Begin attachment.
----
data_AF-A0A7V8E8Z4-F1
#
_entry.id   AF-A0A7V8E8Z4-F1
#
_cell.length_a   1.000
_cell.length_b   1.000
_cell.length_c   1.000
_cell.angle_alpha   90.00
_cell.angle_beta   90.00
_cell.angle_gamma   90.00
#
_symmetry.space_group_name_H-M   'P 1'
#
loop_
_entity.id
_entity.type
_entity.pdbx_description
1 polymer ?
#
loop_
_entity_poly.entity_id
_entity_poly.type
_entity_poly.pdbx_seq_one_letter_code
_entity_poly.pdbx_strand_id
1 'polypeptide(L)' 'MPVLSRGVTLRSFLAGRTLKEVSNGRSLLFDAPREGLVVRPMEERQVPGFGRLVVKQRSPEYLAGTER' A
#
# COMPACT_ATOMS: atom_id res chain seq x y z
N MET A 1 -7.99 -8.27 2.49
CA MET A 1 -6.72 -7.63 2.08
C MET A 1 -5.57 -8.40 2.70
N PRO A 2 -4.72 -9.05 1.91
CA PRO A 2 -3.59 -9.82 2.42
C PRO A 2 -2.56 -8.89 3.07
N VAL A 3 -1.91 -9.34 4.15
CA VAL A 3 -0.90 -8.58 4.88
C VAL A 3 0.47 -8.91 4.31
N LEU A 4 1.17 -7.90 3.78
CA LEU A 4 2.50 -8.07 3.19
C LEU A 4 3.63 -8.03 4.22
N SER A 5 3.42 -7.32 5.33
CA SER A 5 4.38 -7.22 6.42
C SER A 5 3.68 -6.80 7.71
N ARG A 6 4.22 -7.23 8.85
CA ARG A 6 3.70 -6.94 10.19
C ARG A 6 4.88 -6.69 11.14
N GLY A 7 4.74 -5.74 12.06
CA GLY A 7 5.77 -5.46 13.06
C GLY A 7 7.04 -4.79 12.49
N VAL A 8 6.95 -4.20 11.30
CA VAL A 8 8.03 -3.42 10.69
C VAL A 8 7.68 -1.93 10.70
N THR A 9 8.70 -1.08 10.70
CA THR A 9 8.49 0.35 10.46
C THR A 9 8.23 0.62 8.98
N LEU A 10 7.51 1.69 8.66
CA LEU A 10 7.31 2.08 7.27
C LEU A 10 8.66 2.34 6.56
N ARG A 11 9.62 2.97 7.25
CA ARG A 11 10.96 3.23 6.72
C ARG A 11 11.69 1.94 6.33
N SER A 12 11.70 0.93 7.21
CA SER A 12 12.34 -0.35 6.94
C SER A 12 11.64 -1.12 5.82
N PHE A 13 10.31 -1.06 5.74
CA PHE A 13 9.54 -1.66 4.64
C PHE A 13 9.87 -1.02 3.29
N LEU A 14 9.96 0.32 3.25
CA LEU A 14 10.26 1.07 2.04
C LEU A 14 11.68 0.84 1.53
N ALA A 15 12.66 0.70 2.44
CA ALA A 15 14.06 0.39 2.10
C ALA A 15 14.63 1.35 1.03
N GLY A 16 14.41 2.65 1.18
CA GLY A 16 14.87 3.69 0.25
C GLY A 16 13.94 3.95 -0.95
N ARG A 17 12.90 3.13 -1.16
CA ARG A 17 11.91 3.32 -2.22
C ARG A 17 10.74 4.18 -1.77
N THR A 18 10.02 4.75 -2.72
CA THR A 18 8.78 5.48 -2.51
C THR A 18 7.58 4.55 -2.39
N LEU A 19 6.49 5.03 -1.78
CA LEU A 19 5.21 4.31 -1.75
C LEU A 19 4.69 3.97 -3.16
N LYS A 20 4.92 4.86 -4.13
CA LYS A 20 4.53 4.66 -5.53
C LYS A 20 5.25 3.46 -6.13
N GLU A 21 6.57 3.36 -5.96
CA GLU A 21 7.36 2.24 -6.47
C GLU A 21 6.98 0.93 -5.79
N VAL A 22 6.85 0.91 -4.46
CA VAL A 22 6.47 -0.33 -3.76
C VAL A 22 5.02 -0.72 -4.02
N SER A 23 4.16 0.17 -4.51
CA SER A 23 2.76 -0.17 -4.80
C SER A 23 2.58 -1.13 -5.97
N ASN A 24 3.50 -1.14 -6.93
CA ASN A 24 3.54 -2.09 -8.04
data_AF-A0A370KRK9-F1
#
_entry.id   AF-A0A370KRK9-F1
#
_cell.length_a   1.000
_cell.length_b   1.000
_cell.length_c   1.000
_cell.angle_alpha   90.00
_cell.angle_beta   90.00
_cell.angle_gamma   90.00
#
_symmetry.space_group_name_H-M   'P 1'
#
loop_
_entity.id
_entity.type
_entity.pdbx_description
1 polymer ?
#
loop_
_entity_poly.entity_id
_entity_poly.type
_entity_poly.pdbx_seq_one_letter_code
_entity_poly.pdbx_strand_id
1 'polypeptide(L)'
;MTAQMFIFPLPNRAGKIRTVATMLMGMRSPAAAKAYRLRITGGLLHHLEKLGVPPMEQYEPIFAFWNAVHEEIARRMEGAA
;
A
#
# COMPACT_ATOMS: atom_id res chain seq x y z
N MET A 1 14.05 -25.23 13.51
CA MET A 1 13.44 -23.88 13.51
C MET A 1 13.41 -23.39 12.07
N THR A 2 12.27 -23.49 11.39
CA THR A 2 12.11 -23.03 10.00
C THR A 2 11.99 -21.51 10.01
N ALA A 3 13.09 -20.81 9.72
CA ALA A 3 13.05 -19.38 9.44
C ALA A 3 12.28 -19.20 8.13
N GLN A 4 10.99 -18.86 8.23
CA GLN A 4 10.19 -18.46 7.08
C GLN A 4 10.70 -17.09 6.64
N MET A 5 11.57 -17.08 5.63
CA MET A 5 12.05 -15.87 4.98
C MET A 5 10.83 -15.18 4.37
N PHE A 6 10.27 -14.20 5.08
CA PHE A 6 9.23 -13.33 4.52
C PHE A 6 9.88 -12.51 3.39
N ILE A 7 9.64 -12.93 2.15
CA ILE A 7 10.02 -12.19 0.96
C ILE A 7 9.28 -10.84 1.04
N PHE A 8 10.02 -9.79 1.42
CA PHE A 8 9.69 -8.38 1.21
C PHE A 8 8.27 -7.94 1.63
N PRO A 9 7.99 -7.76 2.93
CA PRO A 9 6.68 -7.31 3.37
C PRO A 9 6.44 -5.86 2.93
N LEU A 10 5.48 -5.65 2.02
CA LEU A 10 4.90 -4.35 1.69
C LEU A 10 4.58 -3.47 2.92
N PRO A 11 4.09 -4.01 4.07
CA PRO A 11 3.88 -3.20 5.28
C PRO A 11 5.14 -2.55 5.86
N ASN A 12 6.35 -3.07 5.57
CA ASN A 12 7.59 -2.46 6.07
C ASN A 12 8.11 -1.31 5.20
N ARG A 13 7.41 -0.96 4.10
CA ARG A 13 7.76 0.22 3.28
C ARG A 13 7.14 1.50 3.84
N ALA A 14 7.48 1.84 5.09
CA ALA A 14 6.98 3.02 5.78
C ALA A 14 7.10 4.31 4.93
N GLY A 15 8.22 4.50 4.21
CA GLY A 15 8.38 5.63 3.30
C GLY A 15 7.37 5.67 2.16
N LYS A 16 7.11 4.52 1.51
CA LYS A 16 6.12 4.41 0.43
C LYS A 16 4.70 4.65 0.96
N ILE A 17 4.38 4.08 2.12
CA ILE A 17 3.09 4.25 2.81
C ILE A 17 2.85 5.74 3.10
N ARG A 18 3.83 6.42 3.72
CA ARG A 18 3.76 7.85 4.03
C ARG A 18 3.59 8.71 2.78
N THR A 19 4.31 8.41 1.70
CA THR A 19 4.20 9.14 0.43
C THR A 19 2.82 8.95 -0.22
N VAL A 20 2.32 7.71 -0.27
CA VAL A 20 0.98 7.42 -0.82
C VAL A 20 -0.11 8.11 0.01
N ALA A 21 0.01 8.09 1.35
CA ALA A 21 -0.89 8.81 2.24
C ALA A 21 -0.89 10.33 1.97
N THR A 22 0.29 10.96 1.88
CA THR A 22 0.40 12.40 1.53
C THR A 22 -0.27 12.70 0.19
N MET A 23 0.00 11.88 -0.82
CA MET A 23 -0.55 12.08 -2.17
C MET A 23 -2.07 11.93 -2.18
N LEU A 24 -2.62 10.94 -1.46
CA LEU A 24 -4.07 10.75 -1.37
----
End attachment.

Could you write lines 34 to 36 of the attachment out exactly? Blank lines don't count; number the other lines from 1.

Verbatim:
N VAL A 3 -1.91 -9.34 4.15
CA VAL A 3 -0.90 -8.58 4.88
C VAL A 3 0.47 -8.91 4.31